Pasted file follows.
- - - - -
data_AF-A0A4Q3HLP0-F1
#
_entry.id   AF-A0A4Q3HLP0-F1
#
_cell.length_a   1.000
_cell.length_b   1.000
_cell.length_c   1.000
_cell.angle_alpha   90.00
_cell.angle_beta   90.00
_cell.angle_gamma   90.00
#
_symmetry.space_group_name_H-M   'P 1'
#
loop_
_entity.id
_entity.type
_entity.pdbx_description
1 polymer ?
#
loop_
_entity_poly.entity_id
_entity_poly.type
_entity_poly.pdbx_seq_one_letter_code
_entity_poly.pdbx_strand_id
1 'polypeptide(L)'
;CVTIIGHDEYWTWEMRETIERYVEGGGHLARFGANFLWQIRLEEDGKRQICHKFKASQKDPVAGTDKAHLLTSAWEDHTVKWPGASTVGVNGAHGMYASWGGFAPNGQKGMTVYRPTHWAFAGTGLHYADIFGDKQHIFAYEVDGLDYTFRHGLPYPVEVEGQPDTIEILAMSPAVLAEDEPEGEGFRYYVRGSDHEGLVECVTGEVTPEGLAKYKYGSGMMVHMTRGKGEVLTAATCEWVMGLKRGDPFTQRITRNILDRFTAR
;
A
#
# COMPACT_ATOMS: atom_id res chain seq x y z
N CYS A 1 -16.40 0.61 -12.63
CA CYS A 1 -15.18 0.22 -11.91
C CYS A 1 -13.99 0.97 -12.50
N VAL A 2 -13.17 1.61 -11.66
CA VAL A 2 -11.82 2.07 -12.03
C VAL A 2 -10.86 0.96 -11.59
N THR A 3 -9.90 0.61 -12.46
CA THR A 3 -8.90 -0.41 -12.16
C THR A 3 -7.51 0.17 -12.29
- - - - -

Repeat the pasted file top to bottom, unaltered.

data_AF-A0A4Q3HLP0-F1
#
_entry.id   AF-A0A4Q3HLP0-F1
#
_cell.length_a   1.000
_cell.length_b   1.000
_cell.length_c   1.000
_cell.angle_alpha   90.00
_cell.angle_beta   90.00
_cell.angle_gamma   90.00
#
_symmetry.space_group_name_H-M   'P 1'
#
loop_
_entity.id
_entity.type
_entity.pdbx_description
1 polymer ?
#
loop_
_entity_poly.entity_id
_entity_poly.type
_entity_poly.pdbx_seq_one_letter_code
_entity_poly.pdbx_strand_id
1 'polypeptide(L)'
;CVTIIGHDEYWTWEMRETIERYVEGGGHLARFGANFLWQIRLEEDGKRQICHKFKASQKDPVAGTDKAHLLTSAWEDHTVKWPGASTVGVNGAHGMYASWGGFAPNGQKGMTVYRPTHWAFAGTGLHYADIFGDKQHIFAYEVDGLDYTFRHGLPYPVEVEGQPDTIEILAMSPAVLAEDEPEGEGFRYYVRGSDHEGLVECVTGEVTPEGLAKYKYGSGMMVHMTRGKGEVLTAATCEWVMGLKRGDPFTQRITRNILDRFTAR
;
A
#
# COMPACT_ATOMS: atom_id res chain seq x y z
N CYS A 1 -16.40 0.61 -12.63
CA CYS A 1 -15.18 0.22 -11.91
C CYS A 1 -13.99 0.97 -12.50
N VAL A 2 -13.17 1.61 -11.66
CA VAL A 2 -11.82 2.07 -12.03
C VAL A 2 -10.86 0.96 -11.59
N THR A 3 -9.90 0.61 -12.46
CA THR A 3 -8.90 -0.41 -12.16
C THR A 3 -7.51 0.17 -12.29